A mid-timer's thoughts on publishing academic papers

At the time of writing (Jan 2021) I've published around 65 academic papers and been “in this business” for about 15 years. I actually got my first paper acceptance exactly 15 years ago in Jan 2006 during my masters-degree year (I was in a five-year bachelors+masters program). That's why I consider myself a “mid-timer” ... not a newcomer by any means but not an old-timer either. And as a mid-timer, I feel I have a valuable perspective about publishing academic papers that may be helpful for newcomers. In contrast, highly-accomplished old-timers often have too much experience and got into the field too long ago to be able to relate well to newcomers.

I want to share what I would've wanted to know when I was a new student struggling to get my first few papers published.

This article will take on a ruthlessly practical tone ... it's just about what it takes to get papers published. I won't be addressing the substantive content of research itself (since that varies so much by field) or the mechanics of writing papers (since that also varies by field). OK here we go!

1. An academic paper is a conversation with the past in your field

OK this is the most important point, so I'll get right down to it. In order to get papers published, you must first know what an academic paper really is. This sounds so obvious, but I didn't know for many years since nobody ever taught me! Here's my most succinct definition that applies across many fields:

An academic paper is a conversation with the past in your field.

Let's break that down:

  • it's a conversation – your paper is talking to people ...
  • with the past – who have done similar work in the past ...
  • in your field – ... in your precise academic field. Nobody else matters!

In terms of nuts-and-bolts, this means that a good academic paper must:

  1. open by speaking directly to people in your field in a way they care about (starting a conversation)
  2. cite and discuss relevant prior academic papers in the field (with the past)
  3. then show how your work makes progress in your field beyond the starting point of those papers you cited

All of the paper-writing advice in the world is useless if your paper can't accomplish what I just described. (Here's an amazing talk about why all writing advice is useless if you can't give your target audience what they value.)

OK if you're in a STEM field, you're probably rolling your eyes at me right now. But, but, but we're not in the humanities. We run lab experiments! We do empirical studies! We perform data analyses! We write software code! We build complex physical systems! We make freakin' robots! That's our research, not these so-called “conversations with the past.“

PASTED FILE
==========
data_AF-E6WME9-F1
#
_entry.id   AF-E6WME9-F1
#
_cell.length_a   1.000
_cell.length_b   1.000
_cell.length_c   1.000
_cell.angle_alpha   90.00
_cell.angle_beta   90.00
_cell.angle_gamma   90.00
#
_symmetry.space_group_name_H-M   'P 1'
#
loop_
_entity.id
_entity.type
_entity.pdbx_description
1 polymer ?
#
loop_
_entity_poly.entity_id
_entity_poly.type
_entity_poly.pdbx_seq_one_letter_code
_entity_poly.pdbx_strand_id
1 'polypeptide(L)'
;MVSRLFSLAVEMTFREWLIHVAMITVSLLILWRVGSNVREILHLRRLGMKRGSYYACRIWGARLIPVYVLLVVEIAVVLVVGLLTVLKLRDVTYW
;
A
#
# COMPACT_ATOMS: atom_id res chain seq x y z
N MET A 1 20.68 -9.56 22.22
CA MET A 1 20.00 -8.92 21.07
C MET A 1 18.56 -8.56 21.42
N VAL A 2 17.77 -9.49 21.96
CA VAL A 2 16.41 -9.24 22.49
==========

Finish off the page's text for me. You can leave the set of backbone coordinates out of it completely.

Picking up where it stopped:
This attitude is a surefire way to not get your papers published. Why?

Because if you write up something like “hey we built this thing” or “hey we ran this experiment and here are our results,” that's not an academic paper ... that's a lab report. The way you turn scientific research into an academic paper is to use it to start a conversation with the past in your field. Your paper isn't really about describing your novel piece of software or lab experiment or pathfinding algorithm for your robot ... it should use those technical innovations to show how you've moved your field forward in a way that your colleagues actually care about.

To repeat, an academic paper is not a lab report, it's not a technical blog post, not a popular science article, not a newspaper piece, not an explainer for novices, not a how-to guide to your software, and not a riveting tell-all about the behind-the-scenes of your research process ... it's a very specific kind of written artifact that is meant to hold a conversation with the past in your field.1

2. It takes years to calibrate yourself to the norms of your field ...

OK so how do you start such a conversation? You first need to understand the norms of how people in your field converse.

The best way to learn these norms is by reading the best-regarded recent papers in your field from the past five years or so. Pay careful attention to how people write, what words they use, how they present their own work, and in what ways they address prior work (i.e., how they hold conversations with the past). Norms can change quickly, so papers older than five years aren't that helpful for calibrating.2

Here is an example of me describing some of the norms I've adopted in my own papers: Walkthroughs of my HCI research papers. The details may differ in your field, but this general exercise of studying how papers in your field are written is very worthwhile to do early-on in your career.

Now the bad news here is that it takes many years to calibrate yourself to these norms. But ...

3. ... but you can shortcut this process by leaning on your advisor